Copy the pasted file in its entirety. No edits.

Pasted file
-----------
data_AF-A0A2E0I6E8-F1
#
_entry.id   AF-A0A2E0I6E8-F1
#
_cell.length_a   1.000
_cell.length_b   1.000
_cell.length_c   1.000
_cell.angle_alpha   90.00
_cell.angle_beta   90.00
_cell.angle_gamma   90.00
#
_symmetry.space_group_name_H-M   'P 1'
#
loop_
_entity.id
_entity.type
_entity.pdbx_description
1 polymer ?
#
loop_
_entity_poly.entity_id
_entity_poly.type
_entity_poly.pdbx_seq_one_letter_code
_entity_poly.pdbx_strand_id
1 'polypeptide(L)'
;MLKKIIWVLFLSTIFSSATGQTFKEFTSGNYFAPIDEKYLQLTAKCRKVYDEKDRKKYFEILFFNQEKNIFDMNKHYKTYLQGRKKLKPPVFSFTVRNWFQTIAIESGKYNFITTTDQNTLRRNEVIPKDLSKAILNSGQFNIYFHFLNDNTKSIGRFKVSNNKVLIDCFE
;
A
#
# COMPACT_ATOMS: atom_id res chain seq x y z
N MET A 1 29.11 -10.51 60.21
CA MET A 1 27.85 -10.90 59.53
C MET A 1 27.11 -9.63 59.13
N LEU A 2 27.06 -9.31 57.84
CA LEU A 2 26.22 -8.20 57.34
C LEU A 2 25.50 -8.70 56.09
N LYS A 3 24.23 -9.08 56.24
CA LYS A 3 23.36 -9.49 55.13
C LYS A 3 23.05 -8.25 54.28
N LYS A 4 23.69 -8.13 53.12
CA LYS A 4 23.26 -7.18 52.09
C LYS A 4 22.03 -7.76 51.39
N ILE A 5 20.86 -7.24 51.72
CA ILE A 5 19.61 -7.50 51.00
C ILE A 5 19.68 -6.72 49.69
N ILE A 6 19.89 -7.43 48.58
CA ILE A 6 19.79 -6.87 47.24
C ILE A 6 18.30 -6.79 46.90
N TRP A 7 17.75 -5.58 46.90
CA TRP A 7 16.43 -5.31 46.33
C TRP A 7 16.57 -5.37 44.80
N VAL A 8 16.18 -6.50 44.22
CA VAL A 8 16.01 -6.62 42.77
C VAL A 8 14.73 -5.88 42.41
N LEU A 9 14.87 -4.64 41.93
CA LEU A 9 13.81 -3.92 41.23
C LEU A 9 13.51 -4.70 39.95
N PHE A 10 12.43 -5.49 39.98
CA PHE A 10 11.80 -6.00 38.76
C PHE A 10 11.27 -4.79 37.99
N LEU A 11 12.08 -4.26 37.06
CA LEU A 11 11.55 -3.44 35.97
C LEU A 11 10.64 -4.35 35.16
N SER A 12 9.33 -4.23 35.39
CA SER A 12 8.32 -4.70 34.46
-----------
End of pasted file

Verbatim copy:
data_AF-A0A2E0I6E8-F1
#
_entry.id   AF-A0A2E0I6E8-F1
#
_cell.length_a   1.000
_cell.length_b   1.000
_cell.length_c   1.000
_cell.angle_alpha   90.00
_cell.angle_beta   90.00
_cell.angle_gamma   90.00
#
_symmetry.space_group_name_H-M   'P 1'
#
loop_
_entity.id
_entity.type
_entity.pdbx_description
1 polymer ?
#
loop_
_entity_poly.entity_id
_entity_poly.type
_entity_poly.pdbx_seq_one_letter_code
_entity_poly.pdbx_strand_id
1 'polypeptide(L)'
;MLKKIIWVLFLSTIFSSATGQTFKEFTSGNYFAPIDEKYLQLTAKCRKVYDEKDRKKYFEILFFNQEKNIFDMNKHYKTYLQGRKKLKPPVFSFTVRNWFQTIAIESGKYNFITTTDQNTLRRNEVIPKDLSKAILNSGQFNIYFHFLNDNTKSIGRFKVSNNKVLIDCFE
;
A
#
# COMPACT_ATOMS: atom_id res chain seq x y z
N MET A 1 29.11 -10.51 60.21
CA MET A 1 27.85 -10.90 59.53
C MET A 1 27.11 -9.63 59.13
N LEU A 2 27.06 -9.31 57.84
CA LEU A 2 26.22 -8.20 57.34
C LEU A 2 25.50 -8.70 56.09
N LYS A 3 24.23 -9.08 56.24
CA LYS A 3 23.36 -9.49 55.13
C LYS A 3 23.05 -8.25 54.28
N LYS A 4 23.69 -8.13 53.12
CA LYS A 4 23.26 -7.18 52.09
C LYS A 4 22.03 -7.76 51.39
N ILE A 5 20.86 -7.24 51.72
CA ILE A 5 19.61 -7.50 51.00
C ILE A 5 19.68 -6.72 49.69
N ILE A 6 19.89 -7.43 48.58
CA ILE A 6 19.79 -6.87 47.24
C ILE A 6 18.30 -6.79 46.90
N TRP A 7 17.75 -5.58 46.90
CA TRP A 7 16.43 -5.31 46.33
C TRP A 7 16.57 -5.37 44.80
N VAL A 8 16.18 -6.50 44.22
CA VAL A 8 16.01 -6.62 42.77
C VAL A 8 14.73 -5.88 42.41
N LEU A 9 14.87 -4.64 41.93
CA LEU A 9 13.81 -3.92 41.23
C LEU A 9 13.51 -4.70 39.95
N PHE A 10 12.43 -5.49 39.98
CA PHE A 10 11.80 -6.00 38.76
C PHE A 10 11.27 -4.79 37.99
N LEU A 11 12.08 -4.26 37.06
CA LEU A 11 11.55 -3.44 35.97
C LEU A 11 10.64 -4.35 35.16
N SER A 12 9.33 -4.23 35.39
CA SER A 12 8.32 -4.70 34.46